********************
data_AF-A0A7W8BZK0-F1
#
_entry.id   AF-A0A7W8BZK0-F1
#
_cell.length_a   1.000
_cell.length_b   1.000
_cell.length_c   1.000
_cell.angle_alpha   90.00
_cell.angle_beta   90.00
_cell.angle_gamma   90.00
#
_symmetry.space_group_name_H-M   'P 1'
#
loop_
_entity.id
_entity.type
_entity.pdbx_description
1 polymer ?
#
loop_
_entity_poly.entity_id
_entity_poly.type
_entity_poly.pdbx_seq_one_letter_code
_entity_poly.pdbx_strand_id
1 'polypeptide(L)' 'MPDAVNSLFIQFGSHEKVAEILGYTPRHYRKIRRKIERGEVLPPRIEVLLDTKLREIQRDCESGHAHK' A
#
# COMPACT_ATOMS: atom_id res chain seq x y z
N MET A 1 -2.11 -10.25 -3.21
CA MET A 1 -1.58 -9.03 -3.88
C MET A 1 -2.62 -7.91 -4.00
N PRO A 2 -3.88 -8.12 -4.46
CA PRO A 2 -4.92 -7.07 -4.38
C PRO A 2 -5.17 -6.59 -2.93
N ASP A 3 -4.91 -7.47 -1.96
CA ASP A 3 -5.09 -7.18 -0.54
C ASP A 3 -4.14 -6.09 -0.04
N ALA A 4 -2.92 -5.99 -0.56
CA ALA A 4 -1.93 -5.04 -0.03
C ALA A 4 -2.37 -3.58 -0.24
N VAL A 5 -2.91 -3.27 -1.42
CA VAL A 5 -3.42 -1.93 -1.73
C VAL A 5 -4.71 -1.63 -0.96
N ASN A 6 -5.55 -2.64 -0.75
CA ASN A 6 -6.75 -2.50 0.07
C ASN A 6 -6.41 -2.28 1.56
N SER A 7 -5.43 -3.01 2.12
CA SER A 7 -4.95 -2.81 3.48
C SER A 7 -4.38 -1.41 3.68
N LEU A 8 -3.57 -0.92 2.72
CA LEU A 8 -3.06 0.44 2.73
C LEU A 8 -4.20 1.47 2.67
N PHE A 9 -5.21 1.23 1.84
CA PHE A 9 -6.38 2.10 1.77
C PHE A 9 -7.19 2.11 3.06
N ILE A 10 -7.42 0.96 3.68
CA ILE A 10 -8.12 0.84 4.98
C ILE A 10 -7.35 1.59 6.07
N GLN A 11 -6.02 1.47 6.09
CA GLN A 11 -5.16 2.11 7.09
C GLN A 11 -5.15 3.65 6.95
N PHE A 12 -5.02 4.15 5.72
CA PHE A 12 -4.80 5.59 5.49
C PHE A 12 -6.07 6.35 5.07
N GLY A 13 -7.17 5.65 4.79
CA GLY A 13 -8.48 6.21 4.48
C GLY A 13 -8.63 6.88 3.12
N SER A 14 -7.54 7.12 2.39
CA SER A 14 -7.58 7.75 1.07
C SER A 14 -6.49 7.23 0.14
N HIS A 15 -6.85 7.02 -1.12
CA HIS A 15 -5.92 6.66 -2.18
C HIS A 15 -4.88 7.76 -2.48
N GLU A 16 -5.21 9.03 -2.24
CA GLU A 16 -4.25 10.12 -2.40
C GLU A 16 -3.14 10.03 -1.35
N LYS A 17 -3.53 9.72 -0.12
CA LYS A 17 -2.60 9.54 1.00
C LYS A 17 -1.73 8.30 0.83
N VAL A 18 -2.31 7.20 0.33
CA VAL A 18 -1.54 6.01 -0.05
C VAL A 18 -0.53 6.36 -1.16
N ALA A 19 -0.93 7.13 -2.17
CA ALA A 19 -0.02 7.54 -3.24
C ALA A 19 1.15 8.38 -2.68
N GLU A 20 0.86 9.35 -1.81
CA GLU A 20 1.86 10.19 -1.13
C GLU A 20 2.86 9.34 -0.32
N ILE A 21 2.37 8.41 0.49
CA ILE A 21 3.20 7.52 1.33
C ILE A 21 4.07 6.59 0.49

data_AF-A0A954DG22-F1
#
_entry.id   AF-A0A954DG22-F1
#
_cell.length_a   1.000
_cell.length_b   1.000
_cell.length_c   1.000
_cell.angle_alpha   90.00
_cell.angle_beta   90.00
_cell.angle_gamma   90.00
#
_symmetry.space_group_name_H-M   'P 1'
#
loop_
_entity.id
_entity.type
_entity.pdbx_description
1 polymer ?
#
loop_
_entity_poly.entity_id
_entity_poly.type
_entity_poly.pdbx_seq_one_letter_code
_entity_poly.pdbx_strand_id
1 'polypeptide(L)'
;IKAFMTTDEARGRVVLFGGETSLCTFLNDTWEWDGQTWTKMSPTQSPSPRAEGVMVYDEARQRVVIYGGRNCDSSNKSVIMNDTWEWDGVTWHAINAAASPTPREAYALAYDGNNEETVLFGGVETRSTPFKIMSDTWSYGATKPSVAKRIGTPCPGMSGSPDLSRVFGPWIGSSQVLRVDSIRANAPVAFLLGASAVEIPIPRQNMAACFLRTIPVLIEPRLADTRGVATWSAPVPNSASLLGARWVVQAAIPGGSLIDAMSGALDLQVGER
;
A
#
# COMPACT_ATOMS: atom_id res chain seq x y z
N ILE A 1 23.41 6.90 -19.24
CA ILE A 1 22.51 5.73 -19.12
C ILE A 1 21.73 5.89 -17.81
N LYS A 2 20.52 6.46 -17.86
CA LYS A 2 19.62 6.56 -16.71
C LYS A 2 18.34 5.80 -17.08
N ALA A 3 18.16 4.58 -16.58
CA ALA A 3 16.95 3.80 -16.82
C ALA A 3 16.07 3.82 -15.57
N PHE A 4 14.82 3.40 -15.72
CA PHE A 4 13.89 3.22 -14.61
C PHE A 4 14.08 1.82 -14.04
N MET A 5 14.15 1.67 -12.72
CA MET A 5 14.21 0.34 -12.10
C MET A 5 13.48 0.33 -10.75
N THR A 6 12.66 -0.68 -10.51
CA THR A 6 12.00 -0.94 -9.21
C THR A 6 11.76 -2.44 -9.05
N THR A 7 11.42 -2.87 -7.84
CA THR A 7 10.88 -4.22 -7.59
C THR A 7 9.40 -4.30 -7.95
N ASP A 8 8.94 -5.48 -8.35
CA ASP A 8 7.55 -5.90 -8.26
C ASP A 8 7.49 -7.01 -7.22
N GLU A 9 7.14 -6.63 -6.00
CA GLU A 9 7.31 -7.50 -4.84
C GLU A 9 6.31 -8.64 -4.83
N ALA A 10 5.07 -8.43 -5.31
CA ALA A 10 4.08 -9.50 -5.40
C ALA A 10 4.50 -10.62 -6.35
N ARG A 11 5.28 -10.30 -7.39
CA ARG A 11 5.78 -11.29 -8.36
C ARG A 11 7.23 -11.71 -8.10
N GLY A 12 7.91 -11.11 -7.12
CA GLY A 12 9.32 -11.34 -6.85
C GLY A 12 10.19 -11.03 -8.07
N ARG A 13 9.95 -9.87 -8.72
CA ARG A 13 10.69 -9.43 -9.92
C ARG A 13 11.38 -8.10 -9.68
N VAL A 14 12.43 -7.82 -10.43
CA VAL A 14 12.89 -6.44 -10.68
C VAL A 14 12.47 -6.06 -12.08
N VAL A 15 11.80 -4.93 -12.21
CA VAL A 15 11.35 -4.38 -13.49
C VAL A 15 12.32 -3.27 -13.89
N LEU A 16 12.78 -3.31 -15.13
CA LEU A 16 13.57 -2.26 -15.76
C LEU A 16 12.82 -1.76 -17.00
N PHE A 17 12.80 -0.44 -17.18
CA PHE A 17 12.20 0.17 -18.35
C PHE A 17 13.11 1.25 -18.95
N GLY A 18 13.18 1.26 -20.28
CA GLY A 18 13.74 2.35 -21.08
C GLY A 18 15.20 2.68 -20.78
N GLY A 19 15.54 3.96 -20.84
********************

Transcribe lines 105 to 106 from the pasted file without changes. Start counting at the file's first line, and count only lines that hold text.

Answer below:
_entity.id
_entity.type